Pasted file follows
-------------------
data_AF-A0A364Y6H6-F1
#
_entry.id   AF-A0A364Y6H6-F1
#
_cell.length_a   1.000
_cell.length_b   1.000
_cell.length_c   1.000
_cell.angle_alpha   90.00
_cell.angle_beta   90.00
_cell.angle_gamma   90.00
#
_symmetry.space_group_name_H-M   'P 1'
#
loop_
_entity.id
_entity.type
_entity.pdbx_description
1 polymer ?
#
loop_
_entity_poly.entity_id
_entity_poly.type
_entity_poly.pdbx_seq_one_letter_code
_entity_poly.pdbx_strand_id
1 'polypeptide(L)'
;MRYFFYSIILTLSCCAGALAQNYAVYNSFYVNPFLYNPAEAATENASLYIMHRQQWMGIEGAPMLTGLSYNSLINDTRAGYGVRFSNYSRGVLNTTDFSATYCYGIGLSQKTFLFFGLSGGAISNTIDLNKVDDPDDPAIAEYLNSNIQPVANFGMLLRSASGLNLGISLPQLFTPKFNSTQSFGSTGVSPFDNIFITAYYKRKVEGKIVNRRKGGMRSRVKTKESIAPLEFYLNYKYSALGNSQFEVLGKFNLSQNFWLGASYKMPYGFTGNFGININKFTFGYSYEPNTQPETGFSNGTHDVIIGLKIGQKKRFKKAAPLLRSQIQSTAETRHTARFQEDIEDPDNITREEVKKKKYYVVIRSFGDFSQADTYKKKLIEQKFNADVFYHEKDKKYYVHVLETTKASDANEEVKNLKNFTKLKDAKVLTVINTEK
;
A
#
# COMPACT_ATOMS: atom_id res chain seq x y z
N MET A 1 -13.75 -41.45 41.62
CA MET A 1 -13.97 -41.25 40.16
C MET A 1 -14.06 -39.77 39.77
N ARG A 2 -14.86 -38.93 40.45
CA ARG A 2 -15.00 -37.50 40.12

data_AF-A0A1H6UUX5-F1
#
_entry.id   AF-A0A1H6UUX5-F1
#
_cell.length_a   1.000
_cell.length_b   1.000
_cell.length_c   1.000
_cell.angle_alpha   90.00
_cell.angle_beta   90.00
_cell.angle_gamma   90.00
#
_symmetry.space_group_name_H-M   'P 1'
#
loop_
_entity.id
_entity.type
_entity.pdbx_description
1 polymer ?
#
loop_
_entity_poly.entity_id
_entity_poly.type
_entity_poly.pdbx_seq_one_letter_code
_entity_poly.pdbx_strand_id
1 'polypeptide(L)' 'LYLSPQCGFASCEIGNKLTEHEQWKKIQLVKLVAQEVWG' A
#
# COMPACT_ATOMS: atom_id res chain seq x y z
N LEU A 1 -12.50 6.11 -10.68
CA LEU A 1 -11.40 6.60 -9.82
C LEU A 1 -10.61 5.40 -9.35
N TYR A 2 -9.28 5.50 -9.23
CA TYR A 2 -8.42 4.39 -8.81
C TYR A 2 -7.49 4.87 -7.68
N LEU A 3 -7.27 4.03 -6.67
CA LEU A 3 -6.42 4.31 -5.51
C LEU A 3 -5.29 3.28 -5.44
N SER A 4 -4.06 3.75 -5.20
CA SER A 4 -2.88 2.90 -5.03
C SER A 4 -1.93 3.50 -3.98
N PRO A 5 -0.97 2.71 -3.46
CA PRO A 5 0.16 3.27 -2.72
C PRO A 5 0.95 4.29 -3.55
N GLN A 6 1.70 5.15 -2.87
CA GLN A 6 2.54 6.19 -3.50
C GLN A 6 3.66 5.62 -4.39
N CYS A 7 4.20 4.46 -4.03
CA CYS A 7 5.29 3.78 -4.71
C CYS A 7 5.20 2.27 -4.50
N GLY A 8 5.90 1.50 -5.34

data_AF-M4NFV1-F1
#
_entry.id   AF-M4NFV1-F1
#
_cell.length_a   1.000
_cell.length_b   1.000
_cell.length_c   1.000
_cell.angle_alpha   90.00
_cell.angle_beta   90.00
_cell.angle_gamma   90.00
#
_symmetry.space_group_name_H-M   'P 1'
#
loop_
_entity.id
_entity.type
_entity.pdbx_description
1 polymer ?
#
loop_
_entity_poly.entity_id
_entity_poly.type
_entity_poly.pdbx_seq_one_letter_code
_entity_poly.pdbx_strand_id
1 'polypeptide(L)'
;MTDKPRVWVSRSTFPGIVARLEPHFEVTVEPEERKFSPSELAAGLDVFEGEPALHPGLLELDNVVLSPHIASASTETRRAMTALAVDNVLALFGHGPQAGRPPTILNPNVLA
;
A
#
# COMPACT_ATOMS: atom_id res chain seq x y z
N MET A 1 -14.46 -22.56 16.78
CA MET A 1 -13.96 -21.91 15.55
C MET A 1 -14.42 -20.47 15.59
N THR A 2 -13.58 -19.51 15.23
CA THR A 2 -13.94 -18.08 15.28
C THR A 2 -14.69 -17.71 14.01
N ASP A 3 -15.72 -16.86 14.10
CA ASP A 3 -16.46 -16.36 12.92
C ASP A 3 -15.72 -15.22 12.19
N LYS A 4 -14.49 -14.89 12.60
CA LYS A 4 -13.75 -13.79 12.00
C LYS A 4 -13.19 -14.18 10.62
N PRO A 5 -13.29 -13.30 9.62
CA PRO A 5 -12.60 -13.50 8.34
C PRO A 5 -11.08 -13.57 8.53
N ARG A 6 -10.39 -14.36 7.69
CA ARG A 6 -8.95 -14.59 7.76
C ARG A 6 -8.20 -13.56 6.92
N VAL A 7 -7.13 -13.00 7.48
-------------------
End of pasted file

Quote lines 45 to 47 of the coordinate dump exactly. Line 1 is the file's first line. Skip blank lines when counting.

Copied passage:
_cell.angle_gamma   90.00
#
_symmetry.space_group_name_H-M   'P 1'